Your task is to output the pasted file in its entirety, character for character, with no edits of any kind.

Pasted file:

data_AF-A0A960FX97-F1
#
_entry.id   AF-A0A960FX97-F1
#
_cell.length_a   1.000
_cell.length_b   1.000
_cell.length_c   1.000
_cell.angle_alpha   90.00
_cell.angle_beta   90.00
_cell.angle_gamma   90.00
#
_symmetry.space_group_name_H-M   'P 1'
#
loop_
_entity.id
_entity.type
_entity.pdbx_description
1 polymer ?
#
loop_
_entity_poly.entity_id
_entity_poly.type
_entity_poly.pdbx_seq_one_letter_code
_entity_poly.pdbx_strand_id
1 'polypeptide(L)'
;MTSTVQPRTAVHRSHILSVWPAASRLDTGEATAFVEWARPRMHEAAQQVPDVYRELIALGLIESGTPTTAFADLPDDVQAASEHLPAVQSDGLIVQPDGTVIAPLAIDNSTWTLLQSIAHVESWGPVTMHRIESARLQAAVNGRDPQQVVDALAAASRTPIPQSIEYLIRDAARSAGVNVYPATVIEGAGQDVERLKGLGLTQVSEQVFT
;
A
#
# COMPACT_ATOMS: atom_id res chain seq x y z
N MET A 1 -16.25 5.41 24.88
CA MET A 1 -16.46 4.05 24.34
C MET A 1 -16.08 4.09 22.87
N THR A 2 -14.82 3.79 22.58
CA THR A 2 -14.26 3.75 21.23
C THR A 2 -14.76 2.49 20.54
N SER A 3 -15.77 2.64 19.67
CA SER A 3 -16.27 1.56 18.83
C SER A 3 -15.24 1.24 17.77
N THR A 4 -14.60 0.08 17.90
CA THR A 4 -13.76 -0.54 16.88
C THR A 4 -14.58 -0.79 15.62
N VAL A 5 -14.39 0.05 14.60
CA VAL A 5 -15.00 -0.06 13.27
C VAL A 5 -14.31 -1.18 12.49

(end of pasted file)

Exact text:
data_AF-A0A960FX97-F1
#
_entry.id   AF-A0A960FX97-F1
#
_cell.length_a   1.000
_cell.length_b   1.000
_cell.length_c   1.000
_cell.angle_alpha   90.00
_cell.angle_beta   90.00
_cell.angle_gamma   90.00
#
_symmetry.space_group_name_H-M   'P 1'
#
loop_
_entity.id
_entity.type
_entity.pdbx_description
1 polymer ?
#
loop_
_entity_poly.entity_id
_entity_poly.type
_entity_poly.pdbx_seq_one_letter_code
_entity_poly.pdbx_strand_id
1 'polypeptide(L)'
;MTSTVQPRTAVHRSHILSVWPAASRLDTGEATAFVEWARPRMHEAAQQVPDVYRELIALGLIESGTPTTAFADLPDDVQAASEHLPAVQSDGLIVQPDGTVIAPLAIDNSTWTLLQSIAHVESWGPVTMHRIESARLQAAVNGRDPQQVVDALAAASRTPIPQSIEYLIRDAARSAGVNVYPATVIEGAGQDVERLKGLGLTQVSEQVFT
;
A
#
# COMPACT_ATOMS: atom_id res chain seq x y z
N MET A 1 -16.25 5.41 24.88
CA MET A 1 -16.46 4.05 24.34
C MET A 1 -16.08 4.09 22.87
N THR A 2 -14.82 3.79 22.58
CA THR A 2 -14.26 3.75 21.23
C THR A 2 -14.76 2.49 20.54
N SER A 3 -15.77 2.64 19.67
CA SER A 3 -16.27 1.56 18.83
C SER A 3 -15.24 1.24 17.77
N THR A 4 -14.60 0.08 17.90
CA THR A 4 -13.76 -0.54 16.88
C THR A 4 -14.58 -0.79 15.62
N VAL A 5 -14.39 0.05 14.60
CA VAL A 5 -15.00 -0.06 13.27
C VAL A 5 -14.31 -1.18 12.49